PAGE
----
Cyber-criminals face life imprisonment under new Iraq law

Activists say vague wording could restrict freedom of expression

A protester waves a large Iraqi flag in Tahrir Square during a demonstration calling for the government to resign, in Baghdad, Iraq, Sunday, Nov. 15, 2020. (AP Photo/Khalid Mohammed)
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Plans by the Iraqi Parliament to debate and approve a controversial cyber-crime draft law unleashed a storm, with activists saying its vague wording threatens freedom of expression.

The Law on Information Technology Crimes was first drafted in 2011 and introduced in 2013, but withdrawn under pressure from local and international non-government organisations.

The draft will be to Parliament again on Monday, legislator Abdul-Khalil Al Azzawi said.

Published on the Parliament website, it addresses a wide range of cyber crimes, but what concerns activists are articles that impose heavy prison sentences and hefty fines against peaceful critics who express themselves online.

One of the articles calls for life imprisonment and fines of no less than 25 million Iraqi dinars (about $21,000) and maximum 50m dinars for anyone who threatens the country’s “independence, unity, safety and its economic, political, military and security interests”.

The same penalty is applied to anyone “disturbing the general peace and security, and defaming the country’s reputation”.

And anyone who “assaults the religious or ethical or family or social or private life principles and values” could face no less than a year in prison and fines ranging from 2m to 5m Iraqi dinars.

The Iraqi Observatory for Press Freedoms in Baghdad expressed concerns over freedom of expression.

Explainer: One year since Iraq protests, what has changed?

Explainer: One year since Iraq protests, what has changed?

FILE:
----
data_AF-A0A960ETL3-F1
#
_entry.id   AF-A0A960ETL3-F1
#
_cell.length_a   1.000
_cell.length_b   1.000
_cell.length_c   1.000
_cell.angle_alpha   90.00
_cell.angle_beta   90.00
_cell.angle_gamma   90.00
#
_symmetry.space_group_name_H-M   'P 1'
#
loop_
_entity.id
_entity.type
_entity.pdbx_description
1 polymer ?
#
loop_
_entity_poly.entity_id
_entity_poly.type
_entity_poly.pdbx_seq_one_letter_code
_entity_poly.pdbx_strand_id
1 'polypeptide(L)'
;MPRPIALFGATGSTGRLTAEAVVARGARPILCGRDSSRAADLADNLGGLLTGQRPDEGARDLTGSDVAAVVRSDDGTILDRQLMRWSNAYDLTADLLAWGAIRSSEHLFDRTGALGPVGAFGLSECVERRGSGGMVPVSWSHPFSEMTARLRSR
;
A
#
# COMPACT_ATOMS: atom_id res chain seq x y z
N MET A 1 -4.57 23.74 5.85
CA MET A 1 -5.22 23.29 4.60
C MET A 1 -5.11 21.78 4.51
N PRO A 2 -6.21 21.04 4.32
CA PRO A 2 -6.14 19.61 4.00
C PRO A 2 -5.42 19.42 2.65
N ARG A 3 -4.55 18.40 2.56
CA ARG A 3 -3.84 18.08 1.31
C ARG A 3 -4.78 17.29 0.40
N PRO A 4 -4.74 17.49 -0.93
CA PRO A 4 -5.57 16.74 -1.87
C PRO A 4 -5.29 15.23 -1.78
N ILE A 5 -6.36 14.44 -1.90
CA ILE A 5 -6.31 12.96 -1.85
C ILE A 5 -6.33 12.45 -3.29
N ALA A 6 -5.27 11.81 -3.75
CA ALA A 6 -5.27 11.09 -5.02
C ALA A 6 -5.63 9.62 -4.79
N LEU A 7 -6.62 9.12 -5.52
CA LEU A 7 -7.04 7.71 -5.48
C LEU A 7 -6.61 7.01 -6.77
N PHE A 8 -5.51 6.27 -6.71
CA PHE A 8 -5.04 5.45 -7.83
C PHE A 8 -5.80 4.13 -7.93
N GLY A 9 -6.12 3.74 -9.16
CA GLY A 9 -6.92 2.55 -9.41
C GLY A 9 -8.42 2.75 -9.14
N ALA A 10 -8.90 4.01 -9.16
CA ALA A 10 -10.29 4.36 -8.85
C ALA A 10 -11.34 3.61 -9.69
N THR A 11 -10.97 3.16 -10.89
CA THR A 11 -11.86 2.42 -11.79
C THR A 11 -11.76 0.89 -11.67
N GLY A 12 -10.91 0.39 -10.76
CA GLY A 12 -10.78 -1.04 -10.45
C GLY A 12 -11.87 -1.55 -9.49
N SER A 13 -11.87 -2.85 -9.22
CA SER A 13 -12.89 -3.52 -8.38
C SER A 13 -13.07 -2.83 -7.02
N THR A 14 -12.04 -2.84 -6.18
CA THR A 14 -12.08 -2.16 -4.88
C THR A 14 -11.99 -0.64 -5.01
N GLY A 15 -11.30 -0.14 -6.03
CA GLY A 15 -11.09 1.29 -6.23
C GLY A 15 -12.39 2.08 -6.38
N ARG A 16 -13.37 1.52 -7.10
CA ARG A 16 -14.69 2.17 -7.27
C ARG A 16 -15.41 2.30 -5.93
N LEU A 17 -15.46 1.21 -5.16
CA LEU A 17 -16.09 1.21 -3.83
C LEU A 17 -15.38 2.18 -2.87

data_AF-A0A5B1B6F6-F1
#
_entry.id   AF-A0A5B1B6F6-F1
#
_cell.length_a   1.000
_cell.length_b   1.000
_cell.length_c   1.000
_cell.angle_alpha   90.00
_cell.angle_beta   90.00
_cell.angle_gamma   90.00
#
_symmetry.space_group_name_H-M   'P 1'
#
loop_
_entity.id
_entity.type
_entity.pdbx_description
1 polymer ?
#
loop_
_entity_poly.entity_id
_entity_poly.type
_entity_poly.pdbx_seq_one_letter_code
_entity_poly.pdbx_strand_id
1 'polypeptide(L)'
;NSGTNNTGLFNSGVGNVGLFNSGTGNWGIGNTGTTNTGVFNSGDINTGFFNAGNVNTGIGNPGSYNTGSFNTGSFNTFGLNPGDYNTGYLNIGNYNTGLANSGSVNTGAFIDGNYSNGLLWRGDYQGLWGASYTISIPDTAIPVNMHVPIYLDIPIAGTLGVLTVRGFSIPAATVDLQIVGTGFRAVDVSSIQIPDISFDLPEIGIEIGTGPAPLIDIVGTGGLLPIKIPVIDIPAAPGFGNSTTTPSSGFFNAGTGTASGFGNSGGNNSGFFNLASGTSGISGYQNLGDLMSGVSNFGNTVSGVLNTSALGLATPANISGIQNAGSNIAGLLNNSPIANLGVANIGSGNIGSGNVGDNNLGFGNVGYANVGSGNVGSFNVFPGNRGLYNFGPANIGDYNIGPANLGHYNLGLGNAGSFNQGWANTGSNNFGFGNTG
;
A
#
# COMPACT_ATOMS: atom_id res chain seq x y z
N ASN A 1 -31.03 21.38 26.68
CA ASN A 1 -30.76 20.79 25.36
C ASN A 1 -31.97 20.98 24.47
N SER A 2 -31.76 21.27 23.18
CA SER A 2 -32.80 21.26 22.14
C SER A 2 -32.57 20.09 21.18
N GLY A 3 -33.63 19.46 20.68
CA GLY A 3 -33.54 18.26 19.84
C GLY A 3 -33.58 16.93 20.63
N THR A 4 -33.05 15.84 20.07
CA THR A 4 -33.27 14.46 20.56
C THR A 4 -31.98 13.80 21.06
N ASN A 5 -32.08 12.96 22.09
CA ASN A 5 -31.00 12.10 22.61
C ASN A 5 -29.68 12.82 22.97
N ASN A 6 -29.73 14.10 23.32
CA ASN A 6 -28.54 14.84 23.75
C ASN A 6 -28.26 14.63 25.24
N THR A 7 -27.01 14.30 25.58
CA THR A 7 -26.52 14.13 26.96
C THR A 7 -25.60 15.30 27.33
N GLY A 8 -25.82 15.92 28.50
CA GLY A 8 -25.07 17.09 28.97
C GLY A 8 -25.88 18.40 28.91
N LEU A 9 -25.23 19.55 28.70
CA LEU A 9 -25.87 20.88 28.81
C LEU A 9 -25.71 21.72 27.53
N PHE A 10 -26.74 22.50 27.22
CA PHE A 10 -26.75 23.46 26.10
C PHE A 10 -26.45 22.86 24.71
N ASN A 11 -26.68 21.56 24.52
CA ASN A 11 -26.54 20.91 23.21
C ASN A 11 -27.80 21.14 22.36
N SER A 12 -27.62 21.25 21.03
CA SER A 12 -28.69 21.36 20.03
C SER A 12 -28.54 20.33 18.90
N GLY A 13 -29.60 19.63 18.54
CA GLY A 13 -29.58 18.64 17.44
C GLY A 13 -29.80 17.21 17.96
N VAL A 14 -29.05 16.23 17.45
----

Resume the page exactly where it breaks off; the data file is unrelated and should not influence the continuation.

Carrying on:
On Saturday it spoke of “possible consequences ... amid troubled and unstable political and social circumstances”.

It puts media outlets, journalists and writers at risk, and normal people because it threatens their freedom of expression, the observatory said.

“It will bring a lot of writers, journalists and bloggers before a judge in the event of explaining the published content as a violation,” it said.

The observatory suggests removing articles that could affect the freedom of expression and focusing only on cyber crimes, such as blackmail and theft.

After the toppling of Saddam Hussein’s regime in the 2003 US-led invasion of the country, Iraqis, for the first time in decades, were free to express themselves online and street protests.

The country’s constitution, enacted in 2005, guarantees such freedom.

Since then, Iraqis have criticised political and religious leaders through writing, cartoons and TV shows.

Some journalists, writers and activists have been assassinated by unknown gunmen, while others faced threats, lawsuits or even tribal arbitration.

In October 2019, there were widespread anti-government protests in Iraq that lasted for months before dying down because of the pandemic and heavy-handed crackdowns by security forces and Iran-backed militias.

Up to 600 protesters were killed and thousands wounded.

One means used by the previous government to quell the demonstrators was shutting down the internet to prevent communication and sharing of content between protesters.

“They want to make sure to stifle all critical voices and to restrict freedom of expression,” said activist Hashim Al Jabouri in Baghdad’s Tahrir Square, the heart of October protests, where intermittent demonstrations are still taking place.

“As they know very well by now that shutting down the internet didn’t silence the Iraqi street before, they are trying to move a law that criminalises anyone who criticises their corruption, tyranny and repressive tactics."

Dozens of Iraqis gathered on Saturday outside the Ministry of Higher Education to denounce the law.

One banner portrayed the law as a needle stitching together human lips.

It read: “This law will bring back dictatorship and will silence all critical voices against those in power.”